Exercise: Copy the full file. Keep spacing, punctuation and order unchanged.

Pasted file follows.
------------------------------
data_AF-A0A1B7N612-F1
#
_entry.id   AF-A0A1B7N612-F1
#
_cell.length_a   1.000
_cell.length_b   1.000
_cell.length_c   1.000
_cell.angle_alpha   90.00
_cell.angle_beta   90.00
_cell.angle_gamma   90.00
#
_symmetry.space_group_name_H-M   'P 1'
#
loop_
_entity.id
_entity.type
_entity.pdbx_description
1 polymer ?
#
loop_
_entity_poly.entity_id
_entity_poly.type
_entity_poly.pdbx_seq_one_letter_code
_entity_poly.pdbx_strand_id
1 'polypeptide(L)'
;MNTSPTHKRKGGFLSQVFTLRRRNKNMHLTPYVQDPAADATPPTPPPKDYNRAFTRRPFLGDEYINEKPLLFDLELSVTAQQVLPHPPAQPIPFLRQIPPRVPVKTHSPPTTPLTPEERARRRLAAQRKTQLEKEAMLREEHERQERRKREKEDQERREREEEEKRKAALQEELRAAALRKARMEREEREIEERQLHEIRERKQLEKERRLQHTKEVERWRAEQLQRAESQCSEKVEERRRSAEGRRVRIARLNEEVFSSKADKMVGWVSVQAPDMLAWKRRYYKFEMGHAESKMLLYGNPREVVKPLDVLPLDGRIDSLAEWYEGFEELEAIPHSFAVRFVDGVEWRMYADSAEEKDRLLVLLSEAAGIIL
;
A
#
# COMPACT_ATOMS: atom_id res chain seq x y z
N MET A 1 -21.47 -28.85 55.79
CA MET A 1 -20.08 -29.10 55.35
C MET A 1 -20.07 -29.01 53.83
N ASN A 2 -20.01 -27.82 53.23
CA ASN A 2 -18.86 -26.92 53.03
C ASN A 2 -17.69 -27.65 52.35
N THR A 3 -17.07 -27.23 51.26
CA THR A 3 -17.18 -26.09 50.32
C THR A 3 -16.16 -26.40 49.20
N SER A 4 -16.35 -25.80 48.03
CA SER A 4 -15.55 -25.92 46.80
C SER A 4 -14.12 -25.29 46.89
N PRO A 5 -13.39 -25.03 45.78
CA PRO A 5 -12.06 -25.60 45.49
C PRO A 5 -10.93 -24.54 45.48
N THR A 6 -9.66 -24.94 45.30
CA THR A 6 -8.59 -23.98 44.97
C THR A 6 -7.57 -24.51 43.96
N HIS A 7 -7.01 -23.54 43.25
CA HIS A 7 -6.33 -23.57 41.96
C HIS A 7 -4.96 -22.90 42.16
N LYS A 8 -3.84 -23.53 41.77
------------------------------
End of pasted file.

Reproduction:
data_AF-A0A1B7N612-F1
#
_entry.id   AF-A0A1B7N612-F1
#
_cell.length_a   1.000
_cell.length_b   1.000
_cell.length_c   1.000
_cell.angle_alpha   90.00
_cell.angle_beta   90.00
_cell.angle_gamma   90.00
#
_symmetry.space_group_name_H-M   'P 1'
#
loop_
_entity.id
_entity.type
_entity.pdbx_description
1 polymer ?
#
loop_
_entity_poly.entity_id
_entity_poly.type
_entity_poly.pdbx_seq_one_letter_code
_entity_poly.pdbx_strand_id
1 'polypeptide(L)'
;MNTSPTHKRKGGFLSQVFTLRRRNKNMHLTPYVQDPAADATPPTPPPKDYNRAFTRRPFLGDEYINEKPLLFDLELSVTAQQVLPHPPAQPIPFLRQIPPRVPVKTHSPPTTPLTPEERARRRLAAQRKTQLEKEAMLREEHERQERRKREKEDQERREREEEEKRKAALQEELRAAALRKARMEREEREIEERQLHEIRERKQLEKERRLQHTKEVERWRAEQLQRAESQCSEKVEERRRSAEGRRVRIARLNEEVFSSKADKMVGWVSVQAPDMLAWKRRYYKFEMGHAESKMLLYGNPREVVKPLDVLPLDGRIDSLAEWYEGFEELEAIPHSFAVRFVDGVEWRMYADSAEEKDRLLVLLSEAAGIIL
;
A
#
# COMPACT_ATOMS: atom_id res chain seq x y z
N MET A 1 -21.47 -28.85 55.79
CA MET A 1 -20.08 -29.10 55.35
C MET A 1 -20.07 -29.01 53.83
N ASN A 2 -20.01 -27.82 53.23
CA ASN A 2 -18.86 -26.92 53.03
C ASN A 2 -17.69 -27.65 52.35
N THR A 3 -17.07 -27.23 51.26
CA THR A 3 -17.18 -26.09 50.32
C THR A 3 -16.16 -26.40 49.20
N SER A 4 -16.35 -25.80 48.03
CA SER A 4 -15.55 -25.92 46.80
C SER A 4 -14.12 -25.29 46.89
N PRO A 5 -13.39 -25.03 45.78
CA PRO A 5 -12.06 -25.60 45.49
C PRO A 5 -10.93 -24.54 45.48
N THR A 6 -9.66 -24.94 45.30
CA THR A 6 -8.59 -23.98 44.97
C THR A 6 -7.57 -24.51 43.96
N HIS A 7 -7.01 -23.54 43.25
CA HIS A 7 -6.33 -23.57 41.96
C HIS A 7 -4.96 -22.90 42.16
N LYS A 8 -3.84 -23.53 41.77